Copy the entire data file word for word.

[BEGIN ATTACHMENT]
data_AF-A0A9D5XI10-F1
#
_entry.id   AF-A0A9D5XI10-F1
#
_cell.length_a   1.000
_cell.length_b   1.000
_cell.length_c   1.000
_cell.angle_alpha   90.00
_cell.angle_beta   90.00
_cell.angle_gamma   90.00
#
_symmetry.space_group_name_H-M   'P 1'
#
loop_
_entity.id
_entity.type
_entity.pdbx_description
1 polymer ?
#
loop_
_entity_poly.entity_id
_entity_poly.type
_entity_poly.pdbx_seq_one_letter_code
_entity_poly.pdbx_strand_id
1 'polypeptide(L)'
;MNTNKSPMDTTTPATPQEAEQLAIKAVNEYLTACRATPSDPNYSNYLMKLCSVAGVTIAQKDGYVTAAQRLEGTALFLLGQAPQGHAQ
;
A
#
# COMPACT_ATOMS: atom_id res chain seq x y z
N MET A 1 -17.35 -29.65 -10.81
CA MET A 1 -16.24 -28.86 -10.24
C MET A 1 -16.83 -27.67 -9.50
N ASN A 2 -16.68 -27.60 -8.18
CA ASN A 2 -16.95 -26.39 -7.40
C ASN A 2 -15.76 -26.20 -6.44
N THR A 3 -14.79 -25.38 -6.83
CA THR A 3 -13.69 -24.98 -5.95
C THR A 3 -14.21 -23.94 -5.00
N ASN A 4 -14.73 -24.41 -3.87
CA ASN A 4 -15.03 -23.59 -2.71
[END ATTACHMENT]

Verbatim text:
data_AF-A0A9D5XI10-F1
#
_entry.id   AF-A0A9D5XI10-F1
#
_cell.length_a   1.000
_cell.length_b   1.000
_cell.length_c   1.000
_cell.angle_alpha   90.00
_cell.angle_beta   90.00
_cell.angle_gamma   90.00
#
_symmetry.space_group_name_H-M   'P 1'
#
loop_
_entity.id
_entity.type
_entity.pdbx_description
1 polymer ?
#
loop_
_entity_poly.entity_id
_entity_poly.type
_entity_poly.pdbx_seq_one_letter_code
_entity_poly.pdbx_strand_id
1 'polypeptide(L)'
;MNTNKSPMDTTTPATPQEAEQLAIKAVNEYLTACRATPSDPNYSNYLMKLCSVAGVTIAQKDGYVTAAQRLEGTALFLLGQAPQGHAQ
;
A
#
# COMPACT_ATOMS: atom_id res chain seq x y z
N MET A 1 -17.35 -29.65 -10.81
CA MET A 1 -16.24 -28.86 -10.24
C MET A 1 -16.83 -27.67 -9.50
N ASN A 2 -16.68 -27.60 -8.18
CA ASN A 2 -16.95 -26.39 -7.40
C ASN A 2 -15.76 -26.20 -6.44
N THR A 3 -14.79 -25.38 -6.83
CA THR A 3 -13.69 -24.98 -5.95
C THR A 3 -14.21 -23.94 -5.00
N ASN A 4 -14.73 -24.41 -3.87
CA ASN A 4 -15.03 -23.59 -2.71